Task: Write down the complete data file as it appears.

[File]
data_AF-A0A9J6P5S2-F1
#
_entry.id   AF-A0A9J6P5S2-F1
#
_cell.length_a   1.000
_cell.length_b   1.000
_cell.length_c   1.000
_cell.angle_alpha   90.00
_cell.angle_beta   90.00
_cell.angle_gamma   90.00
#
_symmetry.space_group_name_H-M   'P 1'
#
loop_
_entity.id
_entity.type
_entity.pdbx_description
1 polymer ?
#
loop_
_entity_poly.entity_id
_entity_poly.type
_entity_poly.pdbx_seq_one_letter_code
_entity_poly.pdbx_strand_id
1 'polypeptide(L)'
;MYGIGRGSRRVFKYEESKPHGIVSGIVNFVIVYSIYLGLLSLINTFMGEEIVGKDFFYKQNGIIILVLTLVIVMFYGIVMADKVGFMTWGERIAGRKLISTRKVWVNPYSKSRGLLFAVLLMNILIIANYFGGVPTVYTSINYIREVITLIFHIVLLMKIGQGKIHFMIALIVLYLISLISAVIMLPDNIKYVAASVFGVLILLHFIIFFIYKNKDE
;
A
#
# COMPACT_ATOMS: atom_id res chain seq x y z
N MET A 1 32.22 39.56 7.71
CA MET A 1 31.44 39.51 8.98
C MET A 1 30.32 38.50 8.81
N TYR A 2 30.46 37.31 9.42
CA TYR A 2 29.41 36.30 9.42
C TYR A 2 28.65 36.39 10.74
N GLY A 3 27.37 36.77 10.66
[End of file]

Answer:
data_AF-A0A9J6P5S2-F1
#
_entry.id   AF-A0A9J6P5S2-F1
#
_cell.length_a   1.000
_cell.length_b   1.000
_cell.length_c   1.000
_cell.angle_alpha   90.00
_cell.angle_beta   90.00
_cell.angle_gamma   90.00
#
_symmetry.space_group_name_H-M   'P 1'
#
loop_
_entity.id
_entity.type
_entity.pdbx_description
1 polymer ?
#
loop_
_entity_poly.entity_id
_entity_poly.type
_entity_poly.pdbx_seq_one_letter_code
_entity_poly.pdbx_strand_id
1 'polypeptide(L)'
;MYGIGRGSRRVFKYEESKPHGIVSGIVNFVIVYSIYLGLLSLINTFMGEEIVGKDFFYKQNGIIILVLTLVIVMFYGIVMADKVGFMTWGERIAGRKLISTRKVWVNPYSKSRGLLFAVLLMNILIIANYFGGVPTVYTSINYIREVITLIFHIVLLMKIGQGKIHFMIALIVLYLISLISAVIMLPDNIKYVAASVFGVLILLHFIIFFIYKNKDE
;
A
#
# COMPACT_ATOMS: atom_id res chain seq x y z
N MET A 1 32.22 39.56 7.71
CA MET A 1 31.44 39.51 8.98
C MET A 1 30.32 38.50 8.81
N TYR A 2 30.46 37.31 9.42
CA TYR A 2 29.41 36.30 9.42
C TYR A 2 28.65 36.39 10.74
N GLY A 3 27.37 36.77 10.66